The Spirits of the Sea album grew from a concept developed whilst recording the Crabchurch Conspiracy.
The Idea of telling the tale by making a double album, one which would contain stomping biting songs and the other that would be a live mix of song and short tales of the greatest names of those Pirates who sailed the Deadly Seas,
All narrations told in the Pirates Keep Tavern
Taloch an Josh set to work writing new songs, material that would sound firm to the period but in a way that could pump a party and satisfy a listening ear.
Josh dug out his Harmonica and Taloch blew the seaweed out of his Melodica, they tuned the mandolin and re strung the old Bouzouki and the composing began.
Renowned Historian and Author Mark Vine, went to work collecting from the four corners of the earth real life history and then transferred these into short story like dialogue to be acted out. The next thing was to find the right voices to do this.
It was decided that the best way was to use as much real situation as possible and so the setting of album two is a small sea side port of which gather in a local boozer a crew of ragged Pirates, who spend their time telling each other story’s of their famous predecessors whilst drinking smoking and womanising.
And so that is what was created and the live banter and crowd have left us with an over all image of an age past but far from forgotten.
During the Video shoot the Pirates called the Poole Buccaneers organised by Steve Howl and added to by a few others provided a brilliant voice that has been used through album two.
Sound effects were recorded locally by Radio DJ and celebrity Mr Dave Gauldan from Wessex FM and added to the scene, Dave also honoured us by delivering two excellent narrations one of William Fly, the other the most famous Black beard.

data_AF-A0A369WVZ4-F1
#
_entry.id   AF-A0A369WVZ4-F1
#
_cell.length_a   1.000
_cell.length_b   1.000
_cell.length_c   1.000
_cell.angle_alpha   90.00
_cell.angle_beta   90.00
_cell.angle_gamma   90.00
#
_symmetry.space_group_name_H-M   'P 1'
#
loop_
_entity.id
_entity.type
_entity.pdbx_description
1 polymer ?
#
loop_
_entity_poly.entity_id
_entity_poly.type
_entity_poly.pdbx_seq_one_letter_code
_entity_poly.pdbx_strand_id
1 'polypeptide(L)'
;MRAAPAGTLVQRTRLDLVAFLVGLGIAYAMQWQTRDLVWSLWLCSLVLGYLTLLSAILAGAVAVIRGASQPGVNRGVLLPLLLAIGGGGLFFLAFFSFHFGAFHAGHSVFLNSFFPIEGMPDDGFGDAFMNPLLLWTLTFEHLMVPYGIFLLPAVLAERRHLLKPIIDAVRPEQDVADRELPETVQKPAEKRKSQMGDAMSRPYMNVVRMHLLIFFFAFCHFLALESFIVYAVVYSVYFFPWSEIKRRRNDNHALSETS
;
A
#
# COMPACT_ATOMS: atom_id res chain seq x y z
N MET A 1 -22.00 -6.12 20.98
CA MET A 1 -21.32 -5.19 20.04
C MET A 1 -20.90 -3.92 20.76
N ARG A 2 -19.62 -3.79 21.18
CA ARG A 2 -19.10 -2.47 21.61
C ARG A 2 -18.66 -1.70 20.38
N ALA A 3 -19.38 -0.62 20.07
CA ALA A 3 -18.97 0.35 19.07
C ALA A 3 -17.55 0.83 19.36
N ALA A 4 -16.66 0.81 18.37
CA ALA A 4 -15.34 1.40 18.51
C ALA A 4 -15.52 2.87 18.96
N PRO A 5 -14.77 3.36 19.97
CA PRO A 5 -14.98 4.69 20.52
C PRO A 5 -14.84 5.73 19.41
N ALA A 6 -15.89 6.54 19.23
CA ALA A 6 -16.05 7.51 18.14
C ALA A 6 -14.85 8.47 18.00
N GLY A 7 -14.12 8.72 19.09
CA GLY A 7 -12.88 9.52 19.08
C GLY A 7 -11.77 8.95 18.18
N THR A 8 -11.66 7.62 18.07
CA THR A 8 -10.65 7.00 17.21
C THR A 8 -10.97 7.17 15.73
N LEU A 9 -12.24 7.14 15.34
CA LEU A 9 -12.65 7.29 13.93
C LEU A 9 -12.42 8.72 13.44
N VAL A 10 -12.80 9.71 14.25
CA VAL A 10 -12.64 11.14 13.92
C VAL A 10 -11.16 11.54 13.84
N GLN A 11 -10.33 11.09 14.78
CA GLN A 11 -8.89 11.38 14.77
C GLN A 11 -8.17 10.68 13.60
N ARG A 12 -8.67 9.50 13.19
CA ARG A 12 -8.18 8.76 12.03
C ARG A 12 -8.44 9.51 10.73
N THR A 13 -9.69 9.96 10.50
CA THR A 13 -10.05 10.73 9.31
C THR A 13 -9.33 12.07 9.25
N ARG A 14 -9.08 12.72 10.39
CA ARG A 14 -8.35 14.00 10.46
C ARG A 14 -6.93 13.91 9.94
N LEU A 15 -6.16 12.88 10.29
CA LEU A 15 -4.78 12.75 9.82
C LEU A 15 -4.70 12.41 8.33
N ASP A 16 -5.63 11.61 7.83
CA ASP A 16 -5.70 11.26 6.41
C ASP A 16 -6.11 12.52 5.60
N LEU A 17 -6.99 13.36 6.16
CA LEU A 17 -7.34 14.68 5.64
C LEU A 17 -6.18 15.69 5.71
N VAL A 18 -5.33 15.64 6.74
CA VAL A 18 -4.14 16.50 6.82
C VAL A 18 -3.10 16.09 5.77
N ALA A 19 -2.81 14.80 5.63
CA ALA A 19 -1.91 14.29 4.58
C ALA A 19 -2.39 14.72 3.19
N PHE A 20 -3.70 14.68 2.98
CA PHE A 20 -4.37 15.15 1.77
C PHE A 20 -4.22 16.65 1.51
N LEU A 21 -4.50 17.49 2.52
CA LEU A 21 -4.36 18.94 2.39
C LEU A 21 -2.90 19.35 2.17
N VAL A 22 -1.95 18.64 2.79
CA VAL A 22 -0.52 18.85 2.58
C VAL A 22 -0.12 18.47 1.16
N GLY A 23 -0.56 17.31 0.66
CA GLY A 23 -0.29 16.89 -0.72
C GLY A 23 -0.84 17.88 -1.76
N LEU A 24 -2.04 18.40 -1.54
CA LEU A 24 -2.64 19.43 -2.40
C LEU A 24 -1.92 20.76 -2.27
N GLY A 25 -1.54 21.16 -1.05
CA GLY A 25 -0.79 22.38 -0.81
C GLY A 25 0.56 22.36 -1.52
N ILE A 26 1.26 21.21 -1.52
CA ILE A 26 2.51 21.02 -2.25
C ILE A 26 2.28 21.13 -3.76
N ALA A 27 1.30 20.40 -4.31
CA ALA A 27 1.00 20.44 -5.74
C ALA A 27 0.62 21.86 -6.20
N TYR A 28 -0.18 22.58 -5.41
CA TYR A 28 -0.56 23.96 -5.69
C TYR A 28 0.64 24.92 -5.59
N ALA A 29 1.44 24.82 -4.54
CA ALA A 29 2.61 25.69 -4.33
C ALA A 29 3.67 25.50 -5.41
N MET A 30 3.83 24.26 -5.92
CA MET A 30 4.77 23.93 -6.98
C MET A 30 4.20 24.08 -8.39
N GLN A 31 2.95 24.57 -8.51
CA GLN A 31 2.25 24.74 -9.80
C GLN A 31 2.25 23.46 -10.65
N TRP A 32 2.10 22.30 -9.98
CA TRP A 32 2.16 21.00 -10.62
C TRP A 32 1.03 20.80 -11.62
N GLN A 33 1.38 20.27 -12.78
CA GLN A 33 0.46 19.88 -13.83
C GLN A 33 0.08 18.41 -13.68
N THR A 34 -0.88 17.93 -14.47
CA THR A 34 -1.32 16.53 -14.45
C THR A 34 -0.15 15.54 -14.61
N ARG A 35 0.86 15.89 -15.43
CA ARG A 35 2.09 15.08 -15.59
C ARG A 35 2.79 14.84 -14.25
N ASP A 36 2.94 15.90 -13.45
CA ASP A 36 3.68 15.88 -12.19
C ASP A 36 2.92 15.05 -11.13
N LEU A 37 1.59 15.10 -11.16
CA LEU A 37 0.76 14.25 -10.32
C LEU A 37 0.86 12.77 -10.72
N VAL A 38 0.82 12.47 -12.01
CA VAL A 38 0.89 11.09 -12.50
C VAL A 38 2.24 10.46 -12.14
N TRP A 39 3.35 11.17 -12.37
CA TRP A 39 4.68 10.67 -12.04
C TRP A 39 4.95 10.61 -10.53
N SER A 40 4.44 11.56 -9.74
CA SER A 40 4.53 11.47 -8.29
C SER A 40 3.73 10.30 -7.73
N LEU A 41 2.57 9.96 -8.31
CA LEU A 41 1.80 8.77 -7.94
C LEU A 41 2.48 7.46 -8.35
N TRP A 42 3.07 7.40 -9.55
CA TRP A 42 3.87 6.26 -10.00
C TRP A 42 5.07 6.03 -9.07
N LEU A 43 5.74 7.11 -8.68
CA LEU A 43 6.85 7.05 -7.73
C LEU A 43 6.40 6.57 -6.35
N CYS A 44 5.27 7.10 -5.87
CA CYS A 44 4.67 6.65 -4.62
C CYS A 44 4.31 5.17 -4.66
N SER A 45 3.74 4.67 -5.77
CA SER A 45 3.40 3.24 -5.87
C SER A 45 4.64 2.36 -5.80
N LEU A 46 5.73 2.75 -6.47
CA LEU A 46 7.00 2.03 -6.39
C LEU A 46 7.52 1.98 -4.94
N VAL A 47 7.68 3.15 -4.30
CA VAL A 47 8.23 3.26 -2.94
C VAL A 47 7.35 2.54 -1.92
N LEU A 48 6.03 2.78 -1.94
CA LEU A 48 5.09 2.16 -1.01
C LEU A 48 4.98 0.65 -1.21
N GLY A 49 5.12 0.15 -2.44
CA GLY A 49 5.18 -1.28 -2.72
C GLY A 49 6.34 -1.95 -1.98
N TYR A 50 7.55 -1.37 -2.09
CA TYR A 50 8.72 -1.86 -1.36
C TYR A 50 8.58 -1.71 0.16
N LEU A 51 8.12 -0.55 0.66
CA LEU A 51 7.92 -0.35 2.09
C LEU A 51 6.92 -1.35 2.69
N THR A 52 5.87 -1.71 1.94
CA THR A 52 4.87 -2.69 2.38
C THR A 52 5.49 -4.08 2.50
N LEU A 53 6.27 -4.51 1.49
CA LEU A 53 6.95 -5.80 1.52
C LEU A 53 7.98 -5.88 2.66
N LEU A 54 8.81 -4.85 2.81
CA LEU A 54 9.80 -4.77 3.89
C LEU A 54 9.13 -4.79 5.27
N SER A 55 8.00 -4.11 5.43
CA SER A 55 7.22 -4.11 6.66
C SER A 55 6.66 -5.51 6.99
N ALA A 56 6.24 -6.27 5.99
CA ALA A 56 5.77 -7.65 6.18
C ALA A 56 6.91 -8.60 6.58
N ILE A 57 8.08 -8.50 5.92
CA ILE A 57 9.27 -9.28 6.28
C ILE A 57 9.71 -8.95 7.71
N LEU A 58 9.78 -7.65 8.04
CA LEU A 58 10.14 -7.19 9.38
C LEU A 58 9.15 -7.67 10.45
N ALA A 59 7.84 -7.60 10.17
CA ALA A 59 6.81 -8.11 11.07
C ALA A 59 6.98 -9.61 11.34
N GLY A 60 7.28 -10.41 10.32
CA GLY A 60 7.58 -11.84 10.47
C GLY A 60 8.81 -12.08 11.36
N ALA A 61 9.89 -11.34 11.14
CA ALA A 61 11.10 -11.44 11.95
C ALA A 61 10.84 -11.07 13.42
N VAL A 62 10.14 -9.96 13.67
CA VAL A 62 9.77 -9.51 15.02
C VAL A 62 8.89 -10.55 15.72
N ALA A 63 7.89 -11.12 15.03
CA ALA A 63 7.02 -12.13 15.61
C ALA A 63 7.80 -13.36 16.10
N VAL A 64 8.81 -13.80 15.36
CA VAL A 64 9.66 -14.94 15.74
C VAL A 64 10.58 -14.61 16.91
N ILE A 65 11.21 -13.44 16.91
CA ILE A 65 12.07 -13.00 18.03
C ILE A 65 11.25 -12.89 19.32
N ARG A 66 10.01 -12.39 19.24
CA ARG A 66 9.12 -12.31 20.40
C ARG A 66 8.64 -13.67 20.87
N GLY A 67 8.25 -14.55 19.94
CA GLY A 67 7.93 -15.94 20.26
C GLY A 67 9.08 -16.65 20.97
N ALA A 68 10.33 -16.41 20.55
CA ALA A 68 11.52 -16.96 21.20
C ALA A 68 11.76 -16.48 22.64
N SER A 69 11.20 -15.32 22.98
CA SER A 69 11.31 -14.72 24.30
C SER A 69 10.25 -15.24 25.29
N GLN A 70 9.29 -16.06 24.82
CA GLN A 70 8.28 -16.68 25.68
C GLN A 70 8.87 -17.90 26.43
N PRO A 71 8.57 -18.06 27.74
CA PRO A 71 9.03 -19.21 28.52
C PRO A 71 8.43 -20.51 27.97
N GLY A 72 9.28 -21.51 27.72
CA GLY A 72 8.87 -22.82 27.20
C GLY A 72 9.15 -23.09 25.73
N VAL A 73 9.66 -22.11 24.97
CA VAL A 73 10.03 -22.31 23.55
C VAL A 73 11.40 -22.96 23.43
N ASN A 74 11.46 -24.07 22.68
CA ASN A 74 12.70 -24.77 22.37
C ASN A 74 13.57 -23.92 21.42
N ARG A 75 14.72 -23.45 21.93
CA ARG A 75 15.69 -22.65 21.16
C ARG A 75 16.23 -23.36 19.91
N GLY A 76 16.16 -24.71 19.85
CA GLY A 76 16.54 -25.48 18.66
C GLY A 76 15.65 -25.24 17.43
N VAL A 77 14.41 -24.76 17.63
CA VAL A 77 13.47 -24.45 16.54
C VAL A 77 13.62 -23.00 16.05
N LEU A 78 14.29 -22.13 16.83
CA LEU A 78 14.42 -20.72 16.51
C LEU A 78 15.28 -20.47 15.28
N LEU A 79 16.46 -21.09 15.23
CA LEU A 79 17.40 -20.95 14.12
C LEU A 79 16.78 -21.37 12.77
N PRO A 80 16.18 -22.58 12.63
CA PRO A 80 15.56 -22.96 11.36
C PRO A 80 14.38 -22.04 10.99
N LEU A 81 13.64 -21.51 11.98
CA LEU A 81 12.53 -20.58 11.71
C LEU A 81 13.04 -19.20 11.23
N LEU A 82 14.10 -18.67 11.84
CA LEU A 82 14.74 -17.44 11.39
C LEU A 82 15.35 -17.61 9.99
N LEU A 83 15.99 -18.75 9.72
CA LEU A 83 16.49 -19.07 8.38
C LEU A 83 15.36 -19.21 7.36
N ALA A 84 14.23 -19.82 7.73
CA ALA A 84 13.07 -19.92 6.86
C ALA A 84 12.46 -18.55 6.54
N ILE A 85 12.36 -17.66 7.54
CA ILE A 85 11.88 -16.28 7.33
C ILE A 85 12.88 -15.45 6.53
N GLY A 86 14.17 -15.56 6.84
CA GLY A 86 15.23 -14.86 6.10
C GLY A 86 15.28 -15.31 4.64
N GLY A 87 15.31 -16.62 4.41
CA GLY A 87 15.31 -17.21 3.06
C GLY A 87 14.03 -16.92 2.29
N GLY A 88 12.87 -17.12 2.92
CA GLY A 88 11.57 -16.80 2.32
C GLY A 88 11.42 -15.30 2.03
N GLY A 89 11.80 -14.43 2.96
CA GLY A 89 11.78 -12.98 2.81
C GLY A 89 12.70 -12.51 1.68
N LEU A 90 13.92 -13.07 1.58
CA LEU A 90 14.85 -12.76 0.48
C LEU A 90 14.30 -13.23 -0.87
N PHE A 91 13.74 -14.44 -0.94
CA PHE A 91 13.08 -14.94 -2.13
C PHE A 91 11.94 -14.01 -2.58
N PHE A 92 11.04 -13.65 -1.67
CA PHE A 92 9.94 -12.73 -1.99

To add even further finery to the album we welcomed our very special and talented celebrity and star Mr Alistair Chisholm, the Town Crier of Dorset’s capital Dorchester.
Alistair a professional of the arts retold the tale of Ned Lowe one of the deadliest Pirates to ever sail the deadly seas, as well as the telling of Dorset’s Henry Strangways, commonly known as the gentleman Pirate.
Dug within the skulduggery and banter of the small cider house are the additional “arrs and grunts” made by Capn Faloch and the Duke O Swarvington, Peggy and able seaman Soar-throat Limpet.
Finishing with a short account of Dorset’s most famous of all Pirates, Harry Paye,
and told by one of Harry’s direct descendents, retired school teacher Mr Bob Paye.
We thought this was a great way of concluding that part of the Album.
Since the early Dolmen and long before the band started Taloch always enjoyed the Pirate theme, so in many ways this is a return to a time of music which signifies a particular honesty a return to ones musical roots one could say.
“The Pirate world of which we sing and in a strange way celebrate is that of a bygone age, a time of hardship and where by a completely separate set of rules applied not just here in Europe but around the entire world.
Nostalgia is a wonderful thing and it is those few spirited souls of the re-enactment world that maintain a living history for all to venture and enjoy.
These days groups of Pirates and related groups put on brilliant displays, they enchant and entertain young and old, providing a bit of escapism from the fast plastic world of which we now live.
Plus they do more than a fair share of charity raising for their communities etc..
There is nothing better from my point of view than sitting round in some old bar or round a camp fire dressed in vintage clothing, surrounded by a great bunch of folk stamping me foot and sing songs that all can join in with.
Its all escapism and although it might be said we live in a fantasy which may be true, but our world is full of the realest people you’d ever wish to meet”